?Government has agreed to spend nearly $400 million purchasing four high-speed passenger catamaran to serve as water taxis between north and south Trinidad, according to wire service reports.
The Australian shipbuilder, Austal, won the order to design and construct the four 41-metre ferries which was worth 75 million Australian dollars. At yesterday's exchange rate of 1 Aussie dollar to TT$5.32, the contract is worth $399 million, which works out to be about $100 million per water taxi.
The Australian-built water taxis, which are scheduled to be delivered in late 2010, will be designed to carry 405 passengers at a speed of approximately 42 miles per hour.
The contract includes a maintenance and training package which will see Austal deliver crew familiarisation and planned maintenance management.
The vessels will be owned by the National Infrastructure Development Company Limited (Nidco)–a government statutory authority–and operated by external consultants. The international tender process undertaken by Nidco called for proven vessels that could be customised to best meet the proposed service and be delivered within 12 months of contract effective, according to the website Marine Log.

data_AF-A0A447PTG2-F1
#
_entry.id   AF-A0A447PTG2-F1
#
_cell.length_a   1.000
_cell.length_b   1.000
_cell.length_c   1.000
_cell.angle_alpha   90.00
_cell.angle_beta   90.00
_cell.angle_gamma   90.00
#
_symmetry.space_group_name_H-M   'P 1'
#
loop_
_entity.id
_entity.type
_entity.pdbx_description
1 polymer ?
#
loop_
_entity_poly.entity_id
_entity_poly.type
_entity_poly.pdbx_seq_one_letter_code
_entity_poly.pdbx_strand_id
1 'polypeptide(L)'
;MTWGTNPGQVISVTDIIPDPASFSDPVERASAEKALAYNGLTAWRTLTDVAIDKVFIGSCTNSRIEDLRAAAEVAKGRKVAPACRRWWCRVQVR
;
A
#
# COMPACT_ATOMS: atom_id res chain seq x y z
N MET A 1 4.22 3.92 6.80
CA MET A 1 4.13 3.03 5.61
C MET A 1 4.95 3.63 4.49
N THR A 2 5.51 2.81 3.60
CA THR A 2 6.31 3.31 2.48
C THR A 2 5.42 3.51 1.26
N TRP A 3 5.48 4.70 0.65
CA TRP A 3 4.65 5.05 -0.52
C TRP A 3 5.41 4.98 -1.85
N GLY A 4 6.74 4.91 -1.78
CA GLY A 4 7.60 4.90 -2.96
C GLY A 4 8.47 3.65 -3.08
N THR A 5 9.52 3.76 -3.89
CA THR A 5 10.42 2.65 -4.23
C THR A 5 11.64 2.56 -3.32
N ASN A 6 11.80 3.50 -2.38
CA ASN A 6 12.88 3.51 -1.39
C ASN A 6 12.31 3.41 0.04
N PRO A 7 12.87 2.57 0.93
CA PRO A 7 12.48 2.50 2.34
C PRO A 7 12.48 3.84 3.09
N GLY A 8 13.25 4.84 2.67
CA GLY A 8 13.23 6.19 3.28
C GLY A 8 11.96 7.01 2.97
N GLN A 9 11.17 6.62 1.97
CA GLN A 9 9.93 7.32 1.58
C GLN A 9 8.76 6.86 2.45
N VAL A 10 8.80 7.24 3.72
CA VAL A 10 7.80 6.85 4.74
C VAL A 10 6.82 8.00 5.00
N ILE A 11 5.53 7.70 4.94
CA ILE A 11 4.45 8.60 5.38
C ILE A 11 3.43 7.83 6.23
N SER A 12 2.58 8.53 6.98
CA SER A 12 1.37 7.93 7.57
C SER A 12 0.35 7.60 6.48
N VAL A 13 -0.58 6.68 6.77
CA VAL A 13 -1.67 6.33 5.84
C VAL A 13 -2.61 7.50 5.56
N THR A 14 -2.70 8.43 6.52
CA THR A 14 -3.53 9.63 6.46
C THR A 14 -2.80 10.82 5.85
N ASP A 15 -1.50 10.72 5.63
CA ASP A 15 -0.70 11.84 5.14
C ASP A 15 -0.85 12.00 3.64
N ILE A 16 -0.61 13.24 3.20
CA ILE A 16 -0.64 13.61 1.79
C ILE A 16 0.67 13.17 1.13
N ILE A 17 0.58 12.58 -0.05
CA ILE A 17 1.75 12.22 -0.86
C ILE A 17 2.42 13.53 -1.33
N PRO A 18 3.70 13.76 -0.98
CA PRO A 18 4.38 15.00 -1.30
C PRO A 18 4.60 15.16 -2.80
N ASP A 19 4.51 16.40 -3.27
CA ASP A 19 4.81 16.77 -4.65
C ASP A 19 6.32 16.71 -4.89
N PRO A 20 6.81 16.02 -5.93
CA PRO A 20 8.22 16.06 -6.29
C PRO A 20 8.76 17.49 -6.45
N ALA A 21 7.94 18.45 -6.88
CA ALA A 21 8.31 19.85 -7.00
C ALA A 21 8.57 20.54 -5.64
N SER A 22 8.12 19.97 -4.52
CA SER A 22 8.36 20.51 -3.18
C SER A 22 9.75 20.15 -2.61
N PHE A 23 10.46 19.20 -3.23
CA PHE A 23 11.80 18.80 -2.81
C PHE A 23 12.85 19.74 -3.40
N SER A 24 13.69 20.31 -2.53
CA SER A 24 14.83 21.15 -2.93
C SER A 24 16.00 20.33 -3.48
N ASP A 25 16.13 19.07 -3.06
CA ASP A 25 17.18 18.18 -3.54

According to the website, passenger seating onboard each vessel is split over two levels, with the main passenger deck featuring four passenger entry points, a central kiosk and dedicated baggage compartment and bike racks.
"As well as performing a water taxi service, the ferries will provide emergency backup for the existing inter-island service between Trinidad and Tobago. To meet this secondary function, Austal configured all four vessels with the capability to retrofit a forward mounted T-foil ride control system at short notice, allowing the vessels to operate in open, unprotected seas."
Austal is currently building six fast patrol craft for the Trinidad and Tobago Coast Guard, due for delivery in early 2010.
The water taxi service between San Fernando and Port-of-Spain was launched in December 2008 and now operates with four vessels–three of which have a capacity of 150 passengers each. The water taxis are intended to reduce road congestion in Trinidad and in May, Works and Transport Minister Colm Imbert said 10,000 people will be facilitated daily when the water taxi service begins to operate at its full complement of eight.